Will Congress’ Plan to Limit CEO Pay Resolve Income Inequality in the US?
In the 1990s Bill Clinton ran for president pledging to reduce income inequality by limiting CEO compensation to $1M — the idea was that no one should be paid more than a million dollars for their effort. Ironically, Bill Clinton suggested that by capping CEO pay he would “Make America Great Again”. By 1992 President Clinton signed legislation that made executive salaries in excess of $1m non-tax deductible fulfilling his campaign promise.
So what happened? Why did executive compensation skyrocket moments after Clinton’s legislation took effect? Before the legislation the average CEO made around $3M regardless of how their company performed. The cap on executive compensation forced boards to rethink about how they paid their CEOs resulting in a switch to performance based stock incentives — presumably better for the shareholders and for high performing executives.
Something very interesting happened. Executives that were able to outperform the market were making more money than ever before. Companies that wanted similar results began recruiting these executives resulting in even larger performance based compensation packages. The good news is that shareholders were making even more money than their well compensated executives. President Clinton’s plan to cap CEO pay unlocked billions of dollars of wealth that found its way into shareholder’s pockets and into the treasury erasing the federal budget deficit— the cost of this economic growth was higher executive compensation. But was it worth it? Most Americans at the time said yes and President Clinton was elected to a second term — despite prolific financial and sexual scandals.
Interestingly, when Donald Trump was running for president he promised to remove the loophole in President Clinton’s legislation that allowed companies to deduct executive performance pay — capping the total deduction for CEO pay to $1M for real this time. By 2017 President Trump echoed Clinton’s pledge to “Make America Great Again” and passed Tax Reform capping executive pay by removing the 1992 loophole. Interestingly, executive pay skyrocketed in 2017 — companies were frontloading their their executive pay packages BEFORE the tax reform bill took effect. The biggest question facing Wall Street is what will the impact of this cap be? There are signs that we’re facing an economic slowdown and the House is considering even more draconian measures to further limit executive compensation.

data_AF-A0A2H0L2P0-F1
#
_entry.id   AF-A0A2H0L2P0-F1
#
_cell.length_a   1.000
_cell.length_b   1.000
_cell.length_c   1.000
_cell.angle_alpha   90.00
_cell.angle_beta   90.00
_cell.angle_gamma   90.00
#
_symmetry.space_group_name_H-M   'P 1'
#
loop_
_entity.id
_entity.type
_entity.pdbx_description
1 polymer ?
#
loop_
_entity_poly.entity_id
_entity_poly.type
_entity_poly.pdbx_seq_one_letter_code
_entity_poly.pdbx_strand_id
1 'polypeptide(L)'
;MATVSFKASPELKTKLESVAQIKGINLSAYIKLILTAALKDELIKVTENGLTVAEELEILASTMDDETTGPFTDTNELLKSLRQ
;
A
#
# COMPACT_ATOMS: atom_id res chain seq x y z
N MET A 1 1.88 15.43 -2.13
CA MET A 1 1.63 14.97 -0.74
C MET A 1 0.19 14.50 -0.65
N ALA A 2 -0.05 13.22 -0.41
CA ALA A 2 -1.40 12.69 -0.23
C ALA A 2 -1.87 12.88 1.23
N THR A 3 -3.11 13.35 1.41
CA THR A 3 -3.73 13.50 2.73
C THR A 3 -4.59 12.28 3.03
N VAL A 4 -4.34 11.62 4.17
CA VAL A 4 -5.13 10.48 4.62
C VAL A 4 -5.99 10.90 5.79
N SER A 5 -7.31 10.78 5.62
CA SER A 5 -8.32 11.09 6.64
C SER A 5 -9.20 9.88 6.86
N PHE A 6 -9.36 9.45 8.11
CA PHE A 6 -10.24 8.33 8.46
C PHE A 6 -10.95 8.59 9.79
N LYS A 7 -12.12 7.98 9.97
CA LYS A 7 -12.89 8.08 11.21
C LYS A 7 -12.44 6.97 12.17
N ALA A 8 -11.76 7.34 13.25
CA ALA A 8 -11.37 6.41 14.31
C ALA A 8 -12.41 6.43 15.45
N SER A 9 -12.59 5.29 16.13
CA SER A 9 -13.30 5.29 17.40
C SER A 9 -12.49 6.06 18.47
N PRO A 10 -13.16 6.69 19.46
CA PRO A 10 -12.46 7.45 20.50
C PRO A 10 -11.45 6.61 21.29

Will we see a massive slowdown in economic growth due to President Trump’s cap on executive compensation? Will that economic slowdown be exacerbated if Congress is able to further limit executive compensation? Only time will tell. But what is certain is that if economic growth is curtailed the income of working Americans will fall — likely much faster than the income of corporate executives — and income inequality will worsen.
We can’t “cut” our way to prosperity, we must grow our way there. Is it fair that the CEOs of Airbnb and Uber will make billions this year? I contend that isn’t the question we ought to be asking. Instead we ought to focus on the fact that when these two companies go public later this year more than 6,000 Americans will become millionaires — paying billions in taxes. These freshly minted millionaires will buy new cars, houses, and likely invest in scores of early stage startups. This is a good thing that we should figure out how to repeat more often — it isn’t something we ought to discourage.
About The Author
Alexander Muse is a serial entrepreneur, author of the StartupMuse, contributor to Forbes and managing partner of Sumo. Check out his podcast on iTunes. You can connect with him on Twitter, Facebook, LinkedIn and Instagram.